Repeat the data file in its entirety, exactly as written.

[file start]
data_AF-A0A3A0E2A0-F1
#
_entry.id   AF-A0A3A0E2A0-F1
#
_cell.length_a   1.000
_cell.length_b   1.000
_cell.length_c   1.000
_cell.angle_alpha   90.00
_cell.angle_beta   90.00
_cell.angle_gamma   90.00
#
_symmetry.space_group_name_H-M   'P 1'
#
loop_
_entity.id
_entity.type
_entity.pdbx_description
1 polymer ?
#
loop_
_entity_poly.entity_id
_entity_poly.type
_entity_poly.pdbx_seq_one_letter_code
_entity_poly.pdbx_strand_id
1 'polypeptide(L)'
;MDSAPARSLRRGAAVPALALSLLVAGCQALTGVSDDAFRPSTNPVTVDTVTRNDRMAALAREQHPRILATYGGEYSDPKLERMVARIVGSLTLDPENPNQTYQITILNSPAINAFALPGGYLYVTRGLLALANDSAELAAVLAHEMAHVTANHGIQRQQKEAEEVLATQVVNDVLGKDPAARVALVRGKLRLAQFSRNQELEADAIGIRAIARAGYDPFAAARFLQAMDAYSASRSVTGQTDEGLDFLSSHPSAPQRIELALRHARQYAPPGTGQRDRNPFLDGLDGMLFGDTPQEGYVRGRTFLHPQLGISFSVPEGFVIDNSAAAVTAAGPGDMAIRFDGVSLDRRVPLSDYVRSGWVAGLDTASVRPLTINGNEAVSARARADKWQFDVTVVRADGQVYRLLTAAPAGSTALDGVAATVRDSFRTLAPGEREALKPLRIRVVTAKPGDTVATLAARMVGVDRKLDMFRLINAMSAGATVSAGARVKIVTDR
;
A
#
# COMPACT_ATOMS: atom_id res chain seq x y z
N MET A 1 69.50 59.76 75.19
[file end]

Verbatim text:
data_AF-A0A3A0E2A0-F1
#
_entry.id   AF-A0A3A0E2A0-F1
#
_cell.length_a   1.000
_cell.length_b   1.000
_cell.length_c   1.000
_cell.angle_alpha   90.00
_cell.angle_beta   90.00
_cell.angle_gamma   90.00
#
_symmetry.space_group_name_H-M   'P 1'
#
loop_
_entity.id
_entity.type
_entity.pdbx_description
1 polymer ?
#
loop_
_entity_poly.entity_id
_entity_poly.type
_entity_poly.pdbx_seq_one_letter_code
_entity_poly.pdbx_strand_id
1 'polypeptide(L)'
;MDSAPARSLRRGAAVPALALSLLVAGCQALTGVSDDAFRPSTNPVTVDTVTRNDRMAALAREQHPRILATYGGEYSDPKLERMVARIVGSLTLDPENPNQTYQITILNSPAINAFALPGGYLYVTRGLLALANDSAELAAVLAHEMAHVTANHGIQRQQKEAEEVLATQVVNDVLGKDPAARVALVRGKLRLAQFSRNQELEADAIGIRAIARAGYDPFAAARFLQAMDAYSASRSVTGQTDEGLDFLSSHPSAPQRIELALRHARQYAPPGTGQRDRNPFLDGLDGMLFGDTPQEGYVRGRTFLHPQLGISFSVPEGFVIDNSAAAVTAAGPGDMAIRFDGVSLDRRVPLSDYVRSGWVAGLDTASVRPLTINGNEAVSARARADKWQFDVTVVRADGQVYRLLTAAPAGSTALDGVAATVRDSFRTLAPGEREALKPLRIRVVTAKPGDTVATLAARMVGVDRKLDMFRLINAMSAGATVSAGARVKIVTDR
;
A
#
# COMPACT_ATOMS: atom_id res chain seq x y z
N MET A 1 69.50 59.76 75.19